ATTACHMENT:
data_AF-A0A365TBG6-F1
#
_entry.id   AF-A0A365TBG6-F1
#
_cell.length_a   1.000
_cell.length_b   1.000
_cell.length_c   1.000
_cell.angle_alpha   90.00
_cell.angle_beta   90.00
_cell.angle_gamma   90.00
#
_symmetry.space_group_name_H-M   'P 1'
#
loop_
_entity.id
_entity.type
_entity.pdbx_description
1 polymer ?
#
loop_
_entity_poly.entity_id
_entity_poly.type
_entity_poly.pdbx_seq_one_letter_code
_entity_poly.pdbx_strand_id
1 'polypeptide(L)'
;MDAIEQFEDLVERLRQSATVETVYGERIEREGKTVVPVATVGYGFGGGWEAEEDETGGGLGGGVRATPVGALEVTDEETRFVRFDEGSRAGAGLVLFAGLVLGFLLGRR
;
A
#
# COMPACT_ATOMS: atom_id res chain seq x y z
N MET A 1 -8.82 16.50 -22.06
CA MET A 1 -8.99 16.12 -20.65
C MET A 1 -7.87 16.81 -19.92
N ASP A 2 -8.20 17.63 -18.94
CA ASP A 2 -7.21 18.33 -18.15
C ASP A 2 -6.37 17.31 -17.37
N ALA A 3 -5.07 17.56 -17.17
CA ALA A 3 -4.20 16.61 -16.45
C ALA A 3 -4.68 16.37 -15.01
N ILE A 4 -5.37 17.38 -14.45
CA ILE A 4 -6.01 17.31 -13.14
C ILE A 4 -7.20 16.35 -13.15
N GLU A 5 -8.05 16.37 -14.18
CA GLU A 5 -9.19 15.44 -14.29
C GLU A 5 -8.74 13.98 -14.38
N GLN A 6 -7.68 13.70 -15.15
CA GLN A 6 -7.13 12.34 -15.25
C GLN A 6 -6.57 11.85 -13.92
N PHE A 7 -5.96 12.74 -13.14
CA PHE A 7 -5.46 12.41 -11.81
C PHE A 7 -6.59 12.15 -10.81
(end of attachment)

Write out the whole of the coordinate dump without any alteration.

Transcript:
data_AF-A0A365TBG6-F1
#
_entry.id   AF-A0A365TBG6-F1
#
_cell.length_a   1.000
_cell.length_b   1.000
_cell.length_c   1.000
_cell.angle_alpha   90.00
_cell.angle_beta   90.00
_cell.angle_gamma   90.00
#
_symmetry.space_group_name_H-M   'P 1'
#
loop_
_entity.id
_entity.type
_entity.pdbx_description
1 polymer ?
#
loop_
_entity_poly.entity_id
_entity_poly.type
_entity_poly.pdbx_seq_one_letter_code
_entity_poly.pdbx_strand_id
1 'polypeptide(L)'
;MDAIEQFEDLVERLRQSATVETVYGERIEREGKTVVPVATVGYGFGGGWEAEEDETGGGLGGGVRATPVGALEVTDEETRFVRFDEGSRAGAGLVLFAGLVLGFLLGRR
;
A
#
# COMPACT_ATOMS: atom_id res chain seq x y z
N MET A 1 -8.82 16.50 -22.06
CA MET A 1 -8.99 16.12 -20.65
C MET A 1 -7.87 16.81 -19.92
N ASP A 2 -8.20 17.63 -18.94
CA ASP A 2 -7.21 18.33 -18.15
C ASP A 2 -6.37 17.31 -17.37
N ALA A 3 -5.07 17.56 -17.17
CA ALA A 3 -4.20 16.61 -16.45
C ALA A 3 -4.68 16.37 -15.01
N ILE A 4 -5.37 17.38 -14.45
CA ILE A 4 -6.01 17.31 -13.14
C ILE A 4 -7.20 16.35 -13.15
N GLU A 5 -8.05 16.37 -14.18
CA GLU A 5 -9.19 15.44 -14.29
C GLU A 5 -8.74 13.98 -14.38
N GLN A 6 -7.68 13.70 -15.15
CA GLN A 6 -7.13 12.34 -15.25
C GLN A 6 -6.57 11.85 -13.92
N PHE A 7 -5.96 12.74 -13.14
CA PHE A 7 -5.46 12.41 -11.81
C PHE A 7 -6.59 12.15 -10.81